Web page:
Dr. Diane Suhler
Photo taken by Kaci Smart

By Dr. Diane Suhler

*Editor’s Note: CC Biz Buzz is a new monthly column series that will feature insightful commentary from a member of the Columbia College Robert W. Plaster School of Business faculty.

In 1776, Adam Smith wrote his treatise on The Wealth of Nations, a work often considered the blueprint for capitalism. While few people ever actually read this work, most are familiar with some of the core principles of Smith’s pure capitalism: free markets, freedom of enterprise, limited government, the ‘invisible hand’ and individual self-interest resulting in the greatest good for society. However, Smith’s view of economics and of homo economicus is much more complex than this. As a social philosopher, Smith’s seminal work is A Theory of Moral Sentiments, written in 1759. It is through the lens of this earlier work that one should view Smith’s teachings about capitalism—self-interest must be balanced with empathy; individuals and society benefit if self-interest is pursued through virtuous actions; human beings want attention and self-exultation, but they also want to love and be loved (Roberts, How Adam Smith Can Change Your Life) …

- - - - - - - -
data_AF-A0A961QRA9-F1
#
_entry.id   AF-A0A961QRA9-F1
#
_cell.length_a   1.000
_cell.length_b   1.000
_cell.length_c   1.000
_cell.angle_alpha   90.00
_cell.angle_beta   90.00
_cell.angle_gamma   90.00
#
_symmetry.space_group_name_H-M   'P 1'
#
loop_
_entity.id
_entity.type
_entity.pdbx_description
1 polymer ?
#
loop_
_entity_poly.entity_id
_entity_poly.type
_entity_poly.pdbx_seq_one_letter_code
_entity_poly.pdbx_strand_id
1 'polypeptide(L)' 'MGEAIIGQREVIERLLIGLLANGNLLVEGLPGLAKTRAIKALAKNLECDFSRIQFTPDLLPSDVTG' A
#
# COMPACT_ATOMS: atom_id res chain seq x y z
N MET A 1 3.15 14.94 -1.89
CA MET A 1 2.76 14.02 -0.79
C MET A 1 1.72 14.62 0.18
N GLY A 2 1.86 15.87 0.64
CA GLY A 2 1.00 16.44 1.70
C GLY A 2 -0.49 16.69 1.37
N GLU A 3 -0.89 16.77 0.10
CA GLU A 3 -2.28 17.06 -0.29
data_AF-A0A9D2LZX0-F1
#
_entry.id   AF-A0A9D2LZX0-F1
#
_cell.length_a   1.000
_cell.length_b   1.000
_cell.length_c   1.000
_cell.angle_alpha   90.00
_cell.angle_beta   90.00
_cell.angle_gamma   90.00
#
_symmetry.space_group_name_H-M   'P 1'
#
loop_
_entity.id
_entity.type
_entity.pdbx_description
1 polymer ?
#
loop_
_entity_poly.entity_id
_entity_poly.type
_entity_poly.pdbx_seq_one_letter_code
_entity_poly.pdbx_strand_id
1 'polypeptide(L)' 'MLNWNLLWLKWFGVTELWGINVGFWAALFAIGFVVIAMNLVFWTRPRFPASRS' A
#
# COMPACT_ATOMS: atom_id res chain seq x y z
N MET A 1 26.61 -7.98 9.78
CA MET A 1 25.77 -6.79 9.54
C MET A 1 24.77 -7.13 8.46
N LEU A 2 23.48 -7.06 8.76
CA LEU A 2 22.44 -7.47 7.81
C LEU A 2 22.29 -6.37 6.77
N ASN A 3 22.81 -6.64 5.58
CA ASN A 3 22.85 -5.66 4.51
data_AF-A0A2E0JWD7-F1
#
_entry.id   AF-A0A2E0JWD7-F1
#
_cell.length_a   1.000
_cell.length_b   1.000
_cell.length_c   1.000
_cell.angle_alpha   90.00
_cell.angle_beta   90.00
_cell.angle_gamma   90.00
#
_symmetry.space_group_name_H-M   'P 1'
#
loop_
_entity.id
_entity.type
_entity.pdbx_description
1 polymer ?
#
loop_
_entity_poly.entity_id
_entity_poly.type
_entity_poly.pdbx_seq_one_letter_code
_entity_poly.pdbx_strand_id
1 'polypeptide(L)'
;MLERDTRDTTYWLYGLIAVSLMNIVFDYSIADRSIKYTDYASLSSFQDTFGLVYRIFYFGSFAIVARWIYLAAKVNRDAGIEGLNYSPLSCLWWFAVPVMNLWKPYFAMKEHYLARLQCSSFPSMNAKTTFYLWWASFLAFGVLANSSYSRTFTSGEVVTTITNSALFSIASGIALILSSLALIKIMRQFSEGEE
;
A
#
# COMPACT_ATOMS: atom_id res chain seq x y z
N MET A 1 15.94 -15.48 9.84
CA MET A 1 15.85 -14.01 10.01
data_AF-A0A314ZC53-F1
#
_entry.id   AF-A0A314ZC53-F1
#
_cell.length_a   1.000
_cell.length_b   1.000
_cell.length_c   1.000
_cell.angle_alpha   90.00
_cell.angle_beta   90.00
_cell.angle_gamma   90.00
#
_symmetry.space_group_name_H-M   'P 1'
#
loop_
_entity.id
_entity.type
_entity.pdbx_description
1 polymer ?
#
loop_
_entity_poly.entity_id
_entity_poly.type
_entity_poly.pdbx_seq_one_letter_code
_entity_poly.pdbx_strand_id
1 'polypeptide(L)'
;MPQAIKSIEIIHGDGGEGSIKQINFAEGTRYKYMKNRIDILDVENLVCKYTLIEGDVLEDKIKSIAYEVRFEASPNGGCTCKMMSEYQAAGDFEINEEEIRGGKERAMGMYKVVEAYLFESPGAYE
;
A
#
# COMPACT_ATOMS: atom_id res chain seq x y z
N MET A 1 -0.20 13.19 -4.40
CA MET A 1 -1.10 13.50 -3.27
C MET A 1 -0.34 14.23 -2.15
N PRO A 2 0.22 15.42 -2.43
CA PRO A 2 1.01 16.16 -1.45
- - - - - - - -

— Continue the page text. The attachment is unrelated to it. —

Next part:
READ MORE: CC Biz Buzz: The road back to Adam Smith